Delusional disorder, previously called paranoid disorder, is a type of serious mental illness called a "psychosis" in which a person cannot tell what is real from what is imagined. The main feature of this disorder is the presence of delusions, unshakable beliefs in something untrue or not based on reality. People with delusional disorder generally experience non-bizarre delusions, which involve situations that could occur in real life, such as being followed, poisoned, deceived, conspired against, or loved from a distance. These delusions usually involve the misinterpretation of perceptions or experiences. In reality, however, the situations are either not true at all or highly exaggerated. If the delusions could not happen in reality (aliens, television broadcasting your thoughts) then a person might be considered delusional with bizarre-type delusions.
People with delusional disorder often can continue to socialize and function normally, apart from the subject of their delusion, and generally do not behave in an obviously odd or bizarre manner. This is unlike people with other psychotic disorders, who also might have delusions as a symptom of their disorder. In some cases, however, people with delusional disorder might become so preoccupied with their delusions that their lives are disrupted.
People who have schizophrenia may hear voices or see things that aren’t real. But what happens inside the brain of someone who has schizophrenia?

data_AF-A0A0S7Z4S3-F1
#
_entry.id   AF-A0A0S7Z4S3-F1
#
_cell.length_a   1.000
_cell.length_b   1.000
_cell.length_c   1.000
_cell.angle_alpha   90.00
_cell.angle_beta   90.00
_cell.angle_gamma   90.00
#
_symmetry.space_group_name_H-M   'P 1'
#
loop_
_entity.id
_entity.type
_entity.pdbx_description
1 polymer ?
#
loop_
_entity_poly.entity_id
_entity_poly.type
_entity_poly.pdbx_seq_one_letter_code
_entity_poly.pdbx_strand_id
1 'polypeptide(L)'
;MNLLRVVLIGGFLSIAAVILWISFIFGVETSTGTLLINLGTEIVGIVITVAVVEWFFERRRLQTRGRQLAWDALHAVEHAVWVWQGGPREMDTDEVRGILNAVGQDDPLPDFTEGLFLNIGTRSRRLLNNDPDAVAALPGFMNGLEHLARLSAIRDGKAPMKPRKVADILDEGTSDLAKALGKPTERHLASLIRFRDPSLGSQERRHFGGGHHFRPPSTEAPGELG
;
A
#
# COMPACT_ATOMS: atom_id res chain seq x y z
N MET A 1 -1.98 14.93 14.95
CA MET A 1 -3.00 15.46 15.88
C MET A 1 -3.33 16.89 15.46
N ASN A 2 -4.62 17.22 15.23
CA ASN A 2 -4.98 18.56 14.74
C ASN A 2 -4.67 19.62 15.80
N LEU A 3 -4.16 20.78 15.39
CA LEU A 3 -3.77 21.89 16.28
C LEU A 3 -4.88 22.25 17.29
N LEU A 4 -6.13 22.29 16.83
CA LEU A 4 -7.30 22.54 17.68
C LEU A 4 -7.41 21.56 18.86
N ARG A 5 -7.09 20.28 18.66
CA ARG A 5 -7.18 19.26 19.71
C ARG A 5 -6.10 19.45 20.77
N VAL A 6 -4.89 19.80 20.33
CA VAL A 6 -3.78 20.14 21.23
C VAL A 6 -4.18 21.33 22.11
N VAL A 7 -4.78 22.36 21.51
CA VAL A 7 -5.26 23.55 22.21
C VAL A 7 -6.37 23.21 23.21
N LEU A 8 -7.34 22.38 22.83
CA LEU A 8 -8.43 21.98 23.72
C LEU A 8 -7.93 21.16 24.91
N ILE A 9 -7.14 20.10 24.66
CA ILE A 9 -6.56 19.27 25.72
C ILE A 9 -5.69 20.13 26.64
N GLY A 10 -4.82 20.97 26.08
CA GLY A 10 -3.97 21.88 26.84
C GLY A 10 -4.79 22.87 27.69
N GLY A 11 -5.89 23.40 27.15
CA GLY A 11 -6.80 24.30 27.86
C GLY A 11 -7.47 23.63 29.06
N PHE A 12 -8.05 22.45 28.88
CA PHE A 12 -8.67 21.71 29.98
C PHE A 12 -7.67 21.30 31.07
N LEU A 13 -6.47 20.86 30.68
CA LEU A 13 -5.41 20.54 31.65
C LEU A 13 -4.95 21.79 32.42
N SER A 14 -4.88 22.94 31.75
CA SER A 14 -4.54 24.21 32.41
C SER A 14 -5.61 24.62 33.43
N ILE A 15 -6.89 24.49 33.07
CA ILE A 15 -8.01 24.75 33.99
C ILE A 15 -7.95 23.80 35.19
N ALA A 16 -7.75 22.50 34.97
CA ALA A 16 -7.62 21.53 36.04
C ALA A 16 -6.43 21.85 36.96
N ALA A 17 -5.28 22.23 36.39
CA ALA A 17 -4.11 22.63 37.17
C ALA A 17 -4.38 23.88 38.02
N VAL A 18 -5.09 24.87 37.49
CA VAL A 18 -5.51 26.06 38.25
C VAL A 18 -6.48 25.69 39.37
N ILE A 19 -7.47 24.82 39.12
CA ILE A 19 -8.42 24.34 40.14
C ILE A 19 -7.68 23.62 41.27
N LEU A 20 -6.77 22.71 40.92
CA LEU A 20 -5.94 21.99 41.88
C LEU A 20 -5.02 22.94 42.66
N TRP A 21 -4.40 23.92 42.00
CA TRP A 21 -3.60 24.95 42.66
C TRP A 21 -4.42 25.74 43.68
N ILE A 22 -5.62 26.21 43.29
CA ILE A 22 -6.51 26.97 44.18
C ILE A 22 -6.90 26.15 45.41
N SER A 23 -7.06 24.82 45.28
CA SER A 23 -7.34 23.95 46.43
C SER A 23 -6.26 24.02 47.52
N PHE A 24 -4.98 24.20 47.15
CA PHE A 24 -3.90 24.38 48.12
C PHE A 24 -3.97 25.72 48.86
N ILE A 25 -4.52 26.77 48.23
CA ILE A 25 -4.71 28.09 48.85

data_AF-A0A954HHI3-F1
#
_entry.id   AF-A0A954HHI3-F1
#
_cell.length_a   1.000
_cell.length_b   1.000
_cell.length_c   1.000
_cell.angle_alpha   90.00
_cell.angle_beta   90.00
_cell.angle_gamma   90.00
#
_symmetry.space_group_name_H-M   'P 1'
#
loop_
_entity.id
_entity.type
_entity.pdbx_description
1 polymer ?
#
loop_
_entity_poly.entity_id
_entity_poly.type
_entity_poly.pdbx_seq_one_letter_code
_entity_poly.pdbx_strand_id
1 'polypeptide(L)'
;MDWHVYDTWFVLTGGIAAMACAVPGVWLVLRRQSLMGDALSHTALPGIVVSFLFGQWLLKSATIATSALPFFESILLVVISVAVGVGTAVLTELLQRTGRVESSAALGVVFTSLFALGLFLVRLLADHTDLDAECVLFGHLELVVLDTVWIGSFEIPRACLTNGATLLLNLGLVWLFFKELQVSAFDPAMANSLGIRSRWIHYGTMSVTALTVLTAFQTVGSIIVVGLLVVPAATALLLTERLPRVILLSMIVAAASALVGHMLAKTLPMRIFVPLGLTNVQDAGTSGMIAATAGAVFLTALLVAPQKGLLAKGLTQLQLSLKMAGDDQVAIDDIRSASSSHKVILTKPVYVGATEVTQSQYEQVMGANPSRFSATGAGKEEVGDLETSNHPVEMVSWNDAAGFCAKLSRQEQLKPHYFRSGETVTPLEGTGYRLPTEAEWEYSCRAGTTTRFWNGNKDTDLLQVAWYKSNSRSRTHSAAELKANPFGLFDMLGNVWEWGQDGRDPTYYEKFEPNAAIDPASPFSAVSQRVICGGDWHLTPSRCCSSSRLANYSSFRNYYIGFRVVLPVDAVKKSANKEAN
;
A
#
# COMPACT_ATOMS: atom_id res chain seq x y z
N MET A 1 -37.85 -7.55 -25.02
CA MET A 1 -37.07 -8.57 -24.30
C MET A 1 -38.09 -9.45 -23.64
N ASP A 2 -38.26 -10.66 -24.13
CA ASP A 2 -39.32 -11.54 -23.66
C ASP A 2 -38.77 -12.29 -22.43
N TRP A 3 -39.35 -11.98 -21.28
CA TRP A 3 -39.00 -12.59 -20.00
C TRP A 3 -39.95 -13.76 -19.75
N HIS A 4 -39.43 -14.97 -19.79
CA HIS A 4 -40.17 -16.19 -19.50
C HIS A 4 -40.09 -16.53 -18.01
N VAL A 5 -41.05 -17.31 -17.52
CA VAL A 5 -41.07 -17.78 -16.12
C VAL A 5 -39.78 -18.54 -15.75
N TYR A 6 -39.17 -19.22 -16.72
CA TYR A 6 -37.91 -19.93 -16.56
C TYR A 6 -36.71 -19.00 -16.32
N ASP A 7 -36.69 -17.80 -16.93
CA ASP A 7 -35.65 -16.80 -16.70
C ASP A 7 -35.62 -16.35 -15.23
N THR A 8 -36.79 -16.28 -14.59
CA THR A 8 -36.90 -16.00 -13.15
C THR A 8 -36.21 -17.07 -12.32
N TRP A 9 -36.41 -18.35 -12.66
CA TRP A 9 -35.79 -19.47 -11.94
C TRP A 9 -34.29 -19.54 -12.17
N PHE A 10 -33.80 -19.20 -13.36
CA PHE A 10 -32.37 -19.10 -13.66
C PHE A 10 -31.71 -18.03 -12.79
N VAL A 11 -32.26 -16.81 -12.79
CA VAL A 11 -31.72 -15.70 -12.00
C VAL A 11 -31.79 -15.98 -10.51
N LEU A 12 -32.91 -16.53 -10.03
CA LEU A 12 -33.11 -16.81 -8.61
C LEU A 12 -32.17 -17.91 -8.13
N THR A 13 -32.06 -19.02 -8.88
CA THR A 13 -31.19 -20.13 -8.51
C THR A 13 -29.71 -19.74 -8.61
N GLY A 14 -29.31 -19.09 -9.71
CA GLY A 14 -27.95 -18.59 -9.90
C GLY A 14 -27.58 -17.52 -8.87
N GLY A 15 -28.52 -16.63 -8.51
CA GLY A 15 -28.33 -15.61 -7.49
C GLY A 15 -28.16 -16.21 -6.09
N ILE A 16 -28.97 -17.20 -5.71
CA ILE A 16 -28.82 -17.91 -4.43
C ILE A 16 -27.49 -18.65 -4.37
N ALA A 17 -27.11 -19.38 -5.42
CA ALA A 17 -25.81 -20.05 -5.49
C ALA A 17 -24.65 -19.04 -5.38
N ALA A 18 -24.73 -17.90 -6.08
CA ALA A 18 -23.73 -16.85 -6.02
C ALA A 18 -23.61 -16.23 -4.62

Scientists are working to understand that. They’ve found that people who have the disorder may be more likely to have glitches in their genes that may disrupt brain development.
There’s another key brain difference. Studies show that certain brain chemicals that control thinking, behavior, and emotions are either too active or not active enough in people...
Although delusions might be a symptom of more common disorders, such as schizophrenia, delusional disorder itself is rather rare. Delusional disorder most often occurs in middle to late life and is slightly more common in women than in men.
Types of Delusional Disorder
There are different types of delusional disorder based on the main theme of the delusions experienced. The types of delusional disorder include:
Erotomanic: Someone with this type of delusional disorder believes that another person, often someone important or famous, is in love with him or her. The person might attempt to contact the object of the delusion, and stalking behavior is not uncommon.
Grandiose: A person with this type of delusional disorder has an over-inflated sense of worth, power, knowledge, or identity. The person might believe he or she has a great talent or has made an important discovery.
Jealous: A person with this type of delusional disorder believes that his or her spouse or sexual partner is unfaithful.
Persecutory: People with this type of delusional disorder believe that they (or someone close to them) are being mistreated, or that someone is spying on them or planning to harm them. It is not uncommon for people with this type of delusional disorder to make repeated complaints to legal authorities.
Somatic: A person with this type of delusional disorder believes that he or she has a physical defect or medical problem.
Mixed: People with this type of delusional disorder have two or more of the types of delusions listed above.